Friendship and Violence in Adolescence
The main research goal of the project “Friendship and Violence in Adolescence” is to explain the development and maintenance of violent behavior, as well as the desistence from violence, among adolescents. Why do some youths become victims or perpetrators of violence? How can we explain why some adolescents only use violence in a few instances while others become multiple offenders, repeatedly committing acts of violence? Which adolescents solidify lifestyles encompassing acts of violence as everyday incidents? What possibilities exist to prevent violence and what interventions can help once adolescents have already committed acts of violence? The project seeks to contribute to answering these questions by mainly focusing on two well-known risk factors of violent offending: the endorsement of norms legitimizing violence on the one hand, and the peer group on the other hand. While previous research has shown that the endorsement of norms legitimizing violence, as well as the affiliation with a violent or criminal peer group, are strongly related to the commission of violent acts, little is known about how these factors are related, and in what ways they interact to explain acts of violence. Both the peer group and normative beliefs or attitudes are formed to a large degree during adolescence, and are therefore crucial to prevention and intervention efforts targeting adolescents. A prerequisite, though, is a profound knowledge about how exactly these risk factors promote acts of violence. Applying an integrative theory of action, the research project “Friendship and Violence in Adolescence” therefore focuses on these exact mechanisms. In particular, among others, we will address the following research questions:
- Which social factors affect friendship formation?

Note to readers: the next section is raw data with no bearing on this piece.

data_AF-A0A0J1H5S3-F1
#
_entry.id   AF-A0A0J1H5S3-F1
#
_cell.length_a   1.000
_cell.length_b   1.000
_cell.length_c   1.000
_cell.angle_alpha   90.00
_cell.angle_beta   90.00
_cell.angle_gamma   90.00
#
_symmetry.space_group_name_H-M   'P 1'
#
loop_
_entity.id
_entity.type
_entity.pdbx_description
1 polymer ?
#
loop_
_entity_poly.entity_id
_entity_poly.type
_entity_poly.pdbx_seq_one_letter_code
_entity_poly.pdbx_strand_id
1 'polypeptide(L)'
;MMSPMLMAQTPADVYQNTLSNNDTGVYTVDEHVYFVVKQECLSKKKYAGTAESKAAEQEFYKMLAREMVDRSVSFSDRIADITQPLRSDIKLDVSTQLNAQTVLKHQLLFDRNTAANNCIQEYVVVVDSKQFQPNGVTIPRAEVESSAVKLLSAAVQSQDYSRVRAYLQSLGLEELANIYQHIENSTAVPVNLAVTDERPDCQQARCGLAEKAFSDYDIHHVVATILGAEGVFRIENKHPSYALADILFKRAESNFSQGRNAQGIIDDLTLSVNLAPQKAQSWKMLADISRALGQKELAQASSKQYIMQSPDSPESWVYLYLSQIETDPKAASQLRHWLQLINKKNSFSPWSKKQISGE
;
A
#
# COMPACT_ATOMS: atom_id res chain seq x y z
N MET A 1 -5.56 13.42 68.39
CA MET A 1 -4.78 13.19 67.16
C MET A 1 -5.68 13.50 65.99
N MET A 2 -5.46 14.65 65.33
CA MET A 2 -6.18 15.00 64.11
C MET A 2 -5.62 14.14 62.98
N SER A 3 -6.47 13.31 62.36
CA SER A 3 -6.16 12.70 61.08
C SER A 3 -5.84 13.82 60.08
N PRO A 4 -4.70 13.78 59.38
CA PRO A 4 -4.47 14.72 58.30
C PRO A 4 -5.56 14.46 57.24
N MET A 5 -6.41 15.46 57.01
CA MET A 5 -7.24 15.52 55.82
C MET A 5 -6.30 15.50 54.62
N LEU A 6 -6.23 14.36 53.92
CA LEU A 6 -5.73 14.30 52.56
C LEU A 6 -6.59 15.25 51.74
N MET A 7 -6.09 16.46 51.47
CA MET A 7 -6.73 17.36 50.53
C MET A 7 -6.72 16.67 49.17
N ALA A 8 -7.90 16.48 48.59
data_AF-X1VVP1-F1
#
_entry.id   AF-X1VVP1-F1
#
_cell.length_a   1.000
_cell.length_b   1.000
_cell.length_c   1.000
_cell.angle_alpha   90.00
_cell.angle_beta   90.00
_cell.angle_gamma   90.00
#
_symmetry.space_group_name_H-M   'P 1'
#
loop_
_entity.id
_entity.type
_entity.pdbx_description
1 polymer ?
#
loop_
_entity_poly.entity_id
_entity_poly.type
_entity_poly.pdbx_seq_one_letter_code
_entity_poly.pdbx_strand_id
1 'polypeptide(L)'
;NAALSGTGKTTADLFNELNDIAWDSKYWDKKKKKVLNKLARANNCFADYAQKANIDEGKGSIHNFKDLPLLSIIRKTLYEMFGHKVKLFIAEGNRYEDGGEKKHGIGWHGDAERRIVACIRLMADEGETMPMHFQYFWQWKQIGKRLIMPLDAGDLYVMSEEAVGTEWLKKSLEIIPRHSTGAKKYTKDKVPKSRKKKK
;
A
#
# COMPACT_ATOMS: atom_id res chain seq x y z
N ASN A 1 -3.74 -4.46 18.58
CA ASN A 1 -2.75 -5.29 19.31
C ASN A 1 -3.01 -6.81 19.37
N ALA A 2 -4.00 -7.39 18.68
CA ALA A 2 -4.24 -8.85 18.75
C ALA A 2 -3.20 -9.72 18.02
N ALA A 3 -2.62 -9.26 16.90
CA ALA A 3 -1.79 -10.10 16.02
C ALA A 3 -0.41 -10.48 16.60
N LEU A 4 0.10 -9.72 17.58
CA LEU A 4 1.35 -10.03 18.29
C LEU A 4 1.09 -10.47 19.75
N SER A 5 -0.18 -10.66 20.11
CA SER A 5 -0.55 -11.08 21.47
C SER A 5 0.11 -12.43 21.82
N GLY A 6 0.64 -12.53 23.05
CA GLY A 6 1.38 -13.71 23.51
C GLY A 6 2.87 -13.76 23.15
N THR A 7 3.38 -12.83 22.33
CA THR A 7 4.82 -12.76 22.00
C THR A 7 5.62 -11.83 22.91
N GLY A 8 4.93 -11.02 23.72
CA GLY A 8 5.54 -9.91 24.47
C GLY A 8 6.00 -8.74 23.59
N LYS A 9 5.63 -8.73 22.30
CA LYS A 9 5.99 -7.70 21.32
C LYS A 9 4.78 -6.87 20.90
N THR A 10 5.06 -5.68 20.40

- In what ways does the peer group affect the development, maintenance and social diffusion of attitudes promoting violence?
- How important are friendship ties in transforming attitudes promoting violence into actual acts of violence?
- Which role do in-school and out-of-school factors, such as social status or a migration background, play in this regard?
To study these research questions, more than 2,600 seventh-graders from 5 cities in the Ruhr were interviewed for the first time in 2013. To adequately depict the development of those adolescents over time, participants will at first be accompanied and repeatedly interviewed over a period of two years. Given additional funding by the German Science Foundation (DFG), it is planned to extend this time span to a total of four years. To ensure the best possible support of the participating schools as well as the highest possible data quality, all interviews will be conducted in person by members of our research staff. The surveys are conducted in the students’ classrooms using netbooks provided by the research staff.
The major goal in 2013 was preparing and conducting the first wave of data collection. Fieldwork started in September 2013 and was successfully finished in December 2013. Approx. 2,600 students of 122 school classes were interviewed. First results of the first wave of data collection are now available and can be downloaded from this page (see link section on this page). Currently we are preparing the second wave of data collection starting after the summer holidays 2014.